The corned-beef Catholic crisis has been quietly building momentum for a week or two and now, with St. Patrick's Day upon us, has finally made the leap into major media. Believe it or not, there is a real story hidden back there somewhere in the giddy headlines, like the latest offering in the Washington Post: "As Luck Would Have It, Bishops Allow Meat on St. Patrick's Day" Here is the top of reporter Michelle Boorstein's lighthearted story:
Corned beef and cabbage will be on the menu tomorrow. Call it a gift from Saint Patrick.
Despite the Vatican's prohibition against eating meat on Fridays during Lent, Catholic bishops in about one-third of the country's 197 dioceses have issued a one-day waiver of the rule, citing the benefits of Irish American tradition and community. After all, what do you wash down with green beer if not corned beef and cabbage?
Among the bishops granting the dispensation are those in Washington, Baltimore, Arlington and Richmond, the four dioceses that cover the Washington region.
Hidden in that language is a complication. Note that it is the "Vatican's prohibition against eating meat on Fridays during Lent." You would assume this means that this is the spiritual discipline practiced in the typical American Catholic church.
As it turns out, different people interpret that rule in different ways -- as I discovered when I wrote a column recently in which I set out to describe what modern Catholics do and don't do during Lent. Click here if you want to read that. I've been getting email ever since pointing me toward clashing interpretations (many of which I had already seen online, while preparing for the column) of what the U.S. Catholic Bishops have or have not done to soften the rules of Lent.
Things get pretty complicated real quick. Here's a hint of what's out there, drawn from Boorstein's report:
All Christians are called upon to pray and perform acts of charity during Lent, a solemn period of penance. Among Catholics, there has been more focus in recent years on doing good deeds rather than on giving up something pleasurable, said Monsignor Kevin Irwin, dean of Catholic University's School of Theology and Religious Studies.
Let's overlook that reference to "all Christians" observing Lent, a season that doesn't do much for most Southern Baptists and millions of other Protestants. But that's another story.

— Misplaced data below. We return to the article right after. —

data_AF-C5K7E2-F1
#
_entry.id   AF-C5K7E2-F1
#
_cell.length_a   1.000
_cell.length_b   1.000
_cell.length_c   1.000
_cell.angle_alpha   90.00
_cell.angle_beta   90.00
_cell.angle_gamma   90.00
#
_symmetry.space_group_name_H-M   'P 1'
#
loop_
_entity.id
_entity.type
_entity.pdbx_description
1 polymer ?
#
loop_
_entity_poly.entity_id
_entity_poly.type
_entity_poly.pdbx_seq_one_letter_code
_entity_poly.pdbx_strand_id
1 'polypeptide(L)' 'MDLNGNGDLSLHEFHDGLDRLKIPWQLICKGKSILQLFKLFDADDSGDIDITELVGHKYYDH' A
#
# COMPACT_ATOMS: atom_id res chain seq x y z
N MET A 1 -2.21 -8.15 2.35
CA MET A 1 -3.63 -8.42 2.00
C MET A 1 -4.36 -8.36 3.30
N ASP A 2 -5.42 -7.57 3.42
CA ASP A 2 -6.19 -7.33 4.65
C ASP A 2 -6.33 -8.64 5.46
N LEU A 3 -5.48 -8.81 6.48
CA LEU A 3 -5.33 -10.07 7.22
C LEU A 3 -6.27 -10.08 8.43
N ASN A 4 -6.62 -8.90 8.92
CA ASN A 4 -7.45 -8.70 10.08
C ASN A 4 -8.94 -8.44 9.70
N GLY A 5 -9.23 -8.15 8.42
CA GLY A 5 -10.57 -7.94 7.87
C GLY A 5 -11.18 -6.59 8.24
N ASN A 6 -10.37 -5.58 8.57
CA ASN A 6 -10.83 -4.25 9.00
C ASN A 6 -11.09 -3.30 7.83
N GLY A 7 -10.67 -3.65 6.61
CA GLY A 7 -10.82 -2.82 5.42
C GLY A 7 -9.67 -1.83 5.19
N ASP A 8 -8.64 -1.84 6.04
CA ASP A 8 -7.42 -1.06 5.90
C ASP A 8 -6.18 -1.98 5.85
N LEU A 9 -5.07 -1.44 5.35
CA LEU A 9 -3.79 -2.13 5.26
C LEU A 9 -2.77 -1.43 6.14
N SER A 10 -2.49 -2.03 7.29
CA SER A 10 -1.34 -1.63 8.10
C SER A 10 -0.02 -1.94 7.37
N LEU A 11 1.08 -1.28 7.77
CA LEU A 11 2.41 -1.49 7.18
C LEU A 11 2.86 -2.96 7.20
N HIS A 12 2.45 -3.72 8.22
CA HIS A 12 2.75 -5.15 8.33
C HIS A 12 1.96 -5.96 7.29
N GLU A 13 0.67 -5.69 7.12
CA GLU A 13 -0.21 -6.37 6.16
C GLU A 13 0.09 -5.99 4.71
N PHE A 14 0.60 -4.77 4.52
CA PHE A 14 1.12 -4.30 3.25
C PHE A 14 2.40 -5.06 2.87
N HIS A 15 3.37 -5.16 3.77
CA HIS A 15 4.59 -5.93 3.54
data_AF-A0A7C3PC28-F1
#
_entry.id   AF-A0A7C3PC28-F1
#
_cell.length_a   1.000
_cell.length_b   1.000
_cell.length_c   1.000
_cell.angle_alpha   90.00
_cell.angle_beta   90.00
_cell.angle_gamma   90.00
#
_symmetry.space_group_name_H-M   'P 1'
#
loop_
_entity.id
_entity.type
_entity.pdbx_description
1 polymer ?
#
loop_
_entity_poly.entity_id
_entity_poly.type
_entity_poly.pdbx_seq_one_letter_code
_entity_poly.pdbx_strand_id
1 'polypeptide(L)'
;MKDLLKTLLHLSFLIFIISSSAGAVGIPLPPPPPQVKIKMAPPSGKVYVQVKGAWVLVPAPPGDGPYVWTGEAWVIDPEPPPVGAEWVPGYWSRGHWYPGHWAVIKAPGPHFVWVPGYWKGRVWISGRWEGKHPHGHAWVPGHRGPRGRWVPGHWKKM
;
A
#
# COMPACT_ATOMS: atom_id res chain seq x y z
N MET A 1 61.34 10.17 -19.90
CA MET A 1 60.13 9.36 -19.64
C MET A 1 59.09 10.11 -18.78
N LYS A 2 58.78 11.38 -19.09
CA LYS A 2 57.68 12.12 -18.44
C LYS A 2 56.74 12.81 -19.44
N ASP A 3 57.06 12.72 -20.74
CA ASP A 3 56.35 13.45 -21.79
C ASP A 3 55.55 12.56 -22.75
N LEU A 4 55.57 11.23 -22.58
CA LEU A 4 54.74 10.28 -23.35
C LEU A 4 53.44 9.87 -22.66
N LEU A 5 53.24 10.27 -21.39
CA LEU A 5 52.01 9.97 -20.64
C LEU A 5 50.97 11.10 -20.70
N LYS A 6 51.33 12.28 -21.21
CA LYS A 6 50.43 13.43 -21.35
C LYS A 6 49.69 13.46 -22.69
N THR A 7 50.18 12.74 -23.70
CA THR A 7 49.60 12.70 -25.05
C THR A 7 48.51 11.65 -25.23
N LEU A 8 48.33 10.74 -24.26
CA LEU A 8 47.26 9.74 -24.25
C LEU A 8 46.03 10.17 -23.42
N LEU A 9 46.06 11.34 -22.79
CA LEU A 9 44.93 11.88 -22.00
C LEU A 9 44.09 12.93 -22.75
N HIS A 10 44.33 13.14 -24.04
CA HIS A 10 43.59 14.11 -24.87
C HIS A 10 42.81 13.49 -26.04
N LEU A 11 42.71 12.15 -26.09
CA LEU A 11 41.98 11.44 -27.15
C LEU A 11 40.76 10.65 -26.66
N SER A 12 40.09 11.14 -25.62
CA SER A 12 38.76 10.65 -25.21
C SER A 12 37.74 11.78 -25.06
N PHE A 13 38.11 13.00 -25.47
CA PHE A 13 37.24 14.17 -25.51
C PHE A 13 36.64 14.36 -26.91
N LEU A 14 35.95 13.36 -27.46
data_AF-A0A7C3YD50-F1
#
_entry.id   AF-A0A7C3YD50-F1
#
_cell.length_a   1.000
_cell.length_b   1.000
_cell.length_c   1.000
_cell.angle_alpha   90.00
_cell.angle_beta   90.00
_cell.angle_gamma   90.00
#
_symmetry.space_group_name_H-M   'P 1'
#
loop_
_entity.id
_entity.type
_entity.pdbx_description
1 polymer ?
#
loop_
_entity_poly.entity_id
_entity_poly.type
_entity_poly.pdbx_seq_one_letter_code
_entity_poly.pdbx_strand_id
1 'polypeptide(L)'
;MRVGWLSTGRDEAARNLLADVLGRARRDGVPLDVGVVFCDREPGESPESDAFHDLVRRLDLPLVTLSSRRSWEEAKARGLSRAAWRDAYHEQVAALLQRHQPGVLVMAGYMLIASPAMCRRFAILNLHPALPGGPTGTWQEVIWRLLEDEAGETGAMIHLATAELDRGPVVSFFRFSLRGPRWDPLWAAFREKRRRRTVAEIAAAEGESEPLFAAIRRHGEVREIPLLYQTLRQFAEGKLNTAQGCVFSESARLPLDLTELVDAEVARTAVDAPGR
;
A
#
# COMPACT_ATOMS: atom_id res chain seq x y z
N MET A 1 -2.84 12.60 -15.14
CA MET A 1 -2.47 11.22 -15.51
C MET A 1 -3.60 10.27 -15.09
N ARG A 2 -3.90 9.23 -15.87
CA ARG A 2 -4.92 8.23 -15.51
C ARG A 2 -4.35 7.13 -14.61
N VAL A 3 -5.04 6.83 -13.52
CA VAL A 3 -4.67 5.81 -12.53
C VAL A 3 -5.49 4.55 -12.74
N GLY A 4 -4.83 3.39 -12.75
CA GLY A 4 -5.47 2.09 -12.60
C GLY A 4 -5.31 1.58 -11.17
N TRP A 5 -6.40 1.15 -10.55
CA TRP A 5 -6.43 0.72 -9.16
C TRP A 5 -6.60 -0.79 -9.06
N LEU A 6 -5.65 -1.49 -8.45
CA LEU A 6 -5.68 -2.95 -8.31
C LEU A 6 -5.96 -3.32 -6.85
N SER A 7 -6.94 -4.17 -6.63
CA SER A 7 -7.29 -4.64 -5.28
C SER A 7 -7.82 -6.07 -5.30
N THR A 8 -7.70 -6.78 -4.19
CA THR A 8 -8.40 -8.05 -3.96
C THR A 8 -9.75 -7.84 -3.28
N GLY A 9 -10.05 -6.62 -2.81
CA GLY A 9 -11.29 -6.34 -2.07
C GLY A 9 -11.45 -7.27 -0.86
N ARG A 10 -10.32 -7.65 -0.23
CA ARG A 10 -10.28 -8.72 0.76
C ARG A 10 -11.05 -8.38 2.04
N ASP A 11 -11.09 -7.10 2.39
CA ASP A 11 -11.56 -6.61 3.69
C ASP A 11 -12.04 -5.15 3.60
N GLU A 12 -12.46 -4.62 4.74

What interests me is a more basic news hook: What percentage of Catholics "get" Lent at all? How many, at the very least, go to confession during this season? As Father William Stetson of the Catholic Information Center in Washington, D.C. (a very traditional apologetics center), told me:
"There are all kinds of actions that the church teaches are seriously sinful that the typical modern Catholic no longer believes are seriously sinful," said Stetson, who, as a 75-year-old priest, has seen many changes sweep through the Church of Rome. "Therefore, these typical Catholics walk up to the altar week after week to receive Communion without a single thought entering their minds about repentance or confession or anything like that.
"So you have to take that into account when you talk about Lent. In a penitential season you are supposed to feel real sorrow for your sins, which can be hard to do if you really do not think that you're sinning."
Now that's a news hook at the very heart of daily religious life, and there are similar nuts-and-bolts hooks linked -- day after day, week after week, world without end, amen -- to dozens of other subjects (and not just among Catholics, either).
Want to see what I mean about practical news hooks? Check out this well-researched visit by the Los Angeles Times to the bottom line of parish life. (By the way, note the material from empty tomb inc., which is a nice mini-think tank on issues related to faith, finances, social justice and mission work, broadly defined.)